“Don’t move,” John Sandman has said to her.
“I won’t,” she says. And she’s standing there in this little glass booth and it’s dark, and she has to go home soon to that little blue room that she rented that isn’t really home at all, in that house that doesn’t have her mother, just this other harsh woman who is her mother’s age who has followed her around all week, sniffing the air around her and making comments about everything she does, as if it is wrong or as if she has some kind ulterior motive and she doesn’t.
She doesn’t move because he tells her he is going to call her right back as soon as he can find a phone, and that he’s leaving right now, and just wait there.
And suddenly the phone is ringing in the booth, and she picks it up and it’s his voice and she has never been happier to hear anybody in her life and she is more madly in love with him in that moment than she will ever be with anyone again.
And she starts to tell him about Tim, and what has happened, and he listens from so far away, as if there were anything he could do, except that he’s her lover and she thinks that he should be her champion because that’s what she thinks men are supposed to be, or, because those are all the stories she knows about them when they are really in love, and she thinks he is, she wants to believe that he is, because he’s the one. Because when a woman sleeps with a man he is always the one, until something happens that destroys that.
And it seems like they stand there for hours talking, in the dark.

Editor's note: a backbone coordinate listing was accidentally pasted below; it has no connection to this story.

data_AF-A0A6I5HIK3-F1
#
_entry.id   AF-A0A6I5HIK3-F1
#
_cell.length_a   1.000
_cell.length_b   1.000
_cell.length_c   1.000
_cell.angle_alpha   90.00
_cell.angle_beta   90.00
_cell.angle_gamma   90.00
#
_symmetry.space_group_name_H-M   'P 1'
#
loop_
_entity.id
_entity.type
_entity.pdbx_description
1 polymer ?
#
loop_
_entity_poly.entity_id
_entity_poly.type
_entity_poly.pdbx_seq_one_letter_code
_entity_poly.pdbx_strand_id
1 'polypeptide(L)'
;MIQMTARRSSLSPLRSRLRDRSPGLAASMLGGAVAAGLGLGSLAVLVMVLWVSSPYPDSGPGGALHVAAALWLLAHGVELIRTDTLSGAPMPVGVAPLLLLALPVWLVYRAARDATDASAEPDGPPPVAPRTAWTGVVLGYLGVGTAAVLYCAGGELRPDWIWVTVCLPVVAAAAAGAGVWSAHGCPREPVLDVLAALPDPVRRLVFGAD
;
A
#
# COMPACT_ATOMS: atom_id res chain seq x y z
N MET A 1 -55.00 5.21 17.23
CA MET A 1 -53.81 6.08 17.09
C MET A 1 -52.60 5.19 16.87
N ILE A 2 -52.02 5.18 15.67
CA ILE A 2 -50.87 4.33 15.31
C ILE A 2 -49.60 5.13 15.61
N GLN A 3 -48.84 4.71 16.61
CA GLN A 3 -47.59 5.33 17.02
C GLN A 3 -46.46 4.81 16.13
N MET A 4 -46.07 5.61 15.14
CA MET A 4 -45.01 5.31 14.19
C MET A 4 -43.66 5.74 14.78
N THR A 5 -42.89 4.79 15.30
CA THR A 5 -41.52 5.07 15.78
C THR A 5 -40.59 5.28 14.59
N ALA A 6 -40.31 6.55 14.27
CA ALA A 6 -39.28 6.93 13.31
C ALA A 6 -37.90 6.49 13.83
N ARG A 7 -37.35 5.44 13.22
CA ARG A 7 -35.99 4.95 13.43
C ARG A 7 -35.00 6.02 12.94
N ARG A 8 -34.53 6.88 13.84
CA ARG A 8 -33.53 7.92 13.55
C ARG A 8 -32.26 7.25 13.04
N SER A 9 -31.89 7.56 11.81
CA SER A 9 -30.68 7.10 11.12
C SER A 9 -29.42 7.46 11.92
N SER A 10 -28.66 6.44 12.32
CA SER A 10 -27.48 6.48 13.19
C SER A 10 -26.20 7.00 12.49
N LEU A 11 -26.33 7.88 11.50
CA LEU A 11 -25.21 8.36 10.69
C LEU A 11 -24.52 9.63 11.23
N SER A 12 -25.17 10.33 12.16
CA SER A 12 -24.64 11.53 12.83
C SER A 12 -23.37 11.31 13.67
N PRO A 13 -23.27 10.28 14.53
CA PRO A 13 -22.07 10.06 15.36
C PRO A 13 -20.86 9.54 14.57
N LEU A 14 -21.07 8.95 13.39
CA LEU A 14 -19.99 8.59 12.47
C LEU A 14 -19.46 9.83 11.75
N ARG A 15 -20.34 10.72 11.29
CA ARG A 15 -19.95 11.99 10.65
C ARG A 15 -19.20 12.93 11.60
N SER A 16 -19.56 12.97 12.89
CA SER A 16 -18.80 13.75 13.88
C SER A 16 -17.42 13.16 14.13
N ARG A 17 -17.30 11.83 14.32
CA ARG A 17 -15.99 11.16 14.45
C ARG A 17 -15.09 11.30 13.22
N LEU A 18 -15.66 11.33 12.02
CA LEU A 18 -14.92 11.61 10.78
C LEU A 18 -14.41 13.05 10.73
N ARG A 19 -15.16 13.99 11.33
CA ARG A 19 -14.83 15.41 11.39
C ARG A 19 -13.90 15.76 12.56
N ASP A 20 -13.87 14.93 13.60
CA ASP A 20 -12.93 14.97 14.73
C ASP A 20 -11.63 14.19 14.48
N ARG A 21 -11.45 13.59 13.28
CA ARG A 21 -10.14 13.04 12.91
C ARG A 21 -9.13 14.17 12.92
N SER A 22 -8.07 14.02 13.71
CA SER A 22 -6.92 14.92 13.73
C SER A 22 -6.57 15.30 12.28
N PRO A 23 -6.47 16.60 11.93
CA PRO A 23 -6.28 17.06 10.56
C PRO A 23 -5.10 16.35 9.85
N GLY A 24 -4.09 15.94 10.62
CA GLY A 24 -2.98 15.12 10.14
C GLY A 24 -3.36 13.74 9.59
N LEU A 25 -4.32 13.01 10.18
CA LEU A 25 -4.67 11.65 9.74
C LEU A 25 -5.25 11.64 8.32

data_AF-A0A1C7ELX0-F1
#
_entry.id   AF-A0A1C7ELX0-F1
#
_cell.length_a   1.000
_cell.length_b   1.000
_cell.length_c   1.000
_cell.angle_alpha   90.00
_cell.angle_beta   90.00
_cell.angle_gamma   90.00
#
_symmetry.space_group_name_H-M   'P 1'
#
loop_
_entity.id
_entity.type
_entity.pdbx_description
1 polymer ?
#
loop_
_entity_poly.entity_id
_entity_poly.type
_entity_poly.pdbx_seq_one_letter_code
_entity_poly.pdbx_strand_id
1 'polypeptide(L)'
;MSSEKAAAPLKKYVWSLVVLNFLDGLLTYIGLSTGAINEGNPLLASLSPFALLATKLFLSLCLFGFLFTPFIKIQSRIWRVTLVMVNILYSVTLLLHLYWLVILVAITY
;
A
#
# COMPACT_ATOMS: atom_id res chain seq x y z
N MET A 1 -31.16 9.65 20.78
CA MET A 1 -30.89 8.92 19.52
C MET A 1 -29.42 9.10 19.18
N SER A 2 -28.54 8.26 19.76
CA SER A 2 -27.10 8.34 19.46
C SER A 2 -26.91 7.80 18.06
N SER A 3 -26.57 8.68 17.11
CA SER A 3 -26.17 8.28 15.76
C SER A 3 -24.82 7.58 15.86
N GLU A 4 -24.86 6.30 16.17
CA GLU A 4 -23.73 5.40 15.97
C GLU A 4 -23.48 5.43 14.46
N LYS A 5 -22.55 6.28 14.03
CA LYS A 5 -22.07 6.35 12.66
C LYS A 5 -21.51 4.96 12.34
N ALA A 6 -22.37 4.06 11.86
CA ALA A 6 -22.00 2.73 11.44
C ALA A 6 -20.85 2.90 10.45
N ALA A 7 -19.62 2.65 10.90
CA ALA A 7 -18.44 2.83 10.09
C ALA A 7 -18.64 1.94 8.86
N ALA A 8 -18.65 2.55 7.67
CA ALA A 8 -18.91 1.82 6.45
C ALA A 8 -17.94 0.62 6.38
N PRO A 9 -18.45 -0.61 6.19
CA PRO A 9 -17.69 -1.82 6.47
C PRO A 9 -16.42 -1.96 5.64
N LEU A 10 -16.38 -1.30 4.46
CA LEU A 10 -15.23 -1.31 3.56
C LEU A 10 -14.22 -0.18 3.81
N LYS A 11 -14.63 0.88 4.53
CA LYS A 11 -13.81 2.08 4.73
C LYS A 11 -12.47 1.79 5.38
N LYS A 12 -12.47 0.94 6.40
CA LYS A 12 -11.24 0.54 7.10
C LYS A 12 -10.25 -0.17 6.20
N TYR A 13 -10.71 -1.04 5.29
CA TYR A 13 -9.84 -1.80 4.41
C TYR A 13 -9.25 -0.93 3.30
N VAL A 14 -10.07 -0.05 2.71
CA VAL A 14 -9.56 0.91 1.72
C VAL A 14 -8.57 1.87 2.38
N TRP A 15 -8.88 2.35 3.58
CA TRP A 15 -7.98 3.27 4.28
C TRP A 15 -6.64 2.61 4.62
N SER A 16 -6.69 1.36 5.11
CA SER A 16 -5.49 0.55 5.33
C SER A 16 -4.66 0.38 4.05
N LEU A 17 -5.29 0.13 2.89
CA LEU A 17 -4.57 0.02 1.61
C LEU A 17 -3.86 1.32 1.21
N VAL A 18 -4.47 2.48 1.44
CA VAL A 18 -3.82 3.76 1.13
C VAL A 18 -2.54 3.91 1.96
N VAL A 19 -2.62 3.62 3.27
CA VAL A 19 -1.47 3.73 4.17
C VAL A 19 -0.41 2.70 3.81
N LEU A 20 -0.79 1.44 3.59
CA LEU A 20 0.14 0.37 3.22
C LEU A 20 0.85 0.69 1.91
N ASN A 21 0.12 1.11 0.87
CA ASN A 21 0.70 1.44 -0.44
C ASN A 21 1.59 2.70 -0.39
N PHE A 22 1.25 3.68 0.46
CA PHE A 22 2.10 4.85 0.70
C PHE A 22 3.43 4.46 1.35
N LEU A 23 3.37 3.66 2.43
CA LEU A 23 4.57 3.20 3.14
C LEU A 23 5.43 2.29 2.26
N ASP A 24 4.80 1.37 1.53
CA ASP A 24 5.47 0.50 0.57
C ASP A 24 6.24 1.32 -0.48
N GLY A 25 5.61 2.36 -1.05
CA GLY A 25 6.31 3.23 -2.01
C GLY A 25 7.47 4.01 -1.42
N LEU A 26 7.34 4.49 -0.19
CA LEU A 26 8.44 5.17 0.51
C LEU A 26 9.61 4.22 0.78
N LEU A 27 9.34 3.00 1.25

It will be like that until they can see each other again, because he’s telling her that they are going to and that he missed her so much the city felt like a tomb, and that he can’t even work because it’s so lonely without her.
Natasha Evergreen smiles into the receiver, hearing these things. She has never been so lonely in her life, for anyone. She lets him talk, and he talks for a long time about all the little things that have gone on in the week she has been gone, and then he asks her for the address because he says he wants to send her something, and he wants to know how to find her, and she tells him.
“My sweet Babu,” he says. “I’m going to drive up next week.”
And all of sudden she is clinging to this little thread of hope. The hope that his arms will be around her, the hope that they are going to make love again, the feeling of his body so warm next to hers and her arms all around him, pulling him in. That rose she hopes that he’s going to bring, in its silly tinfoil wrapper, the roses that he always brought to her, that she can’t really live without, like she can’t really imagine living without him, because she’s so very much in love, in the way that love only happens once in just that way.
“When can we talk again?”
“I’m getting a phone next week,” she says.
“Good, I can call.”
She doesn’t say anything, because she can’t. She isn’t going to stop it. She moved away and she can’t stop the thing that feels so much like true love.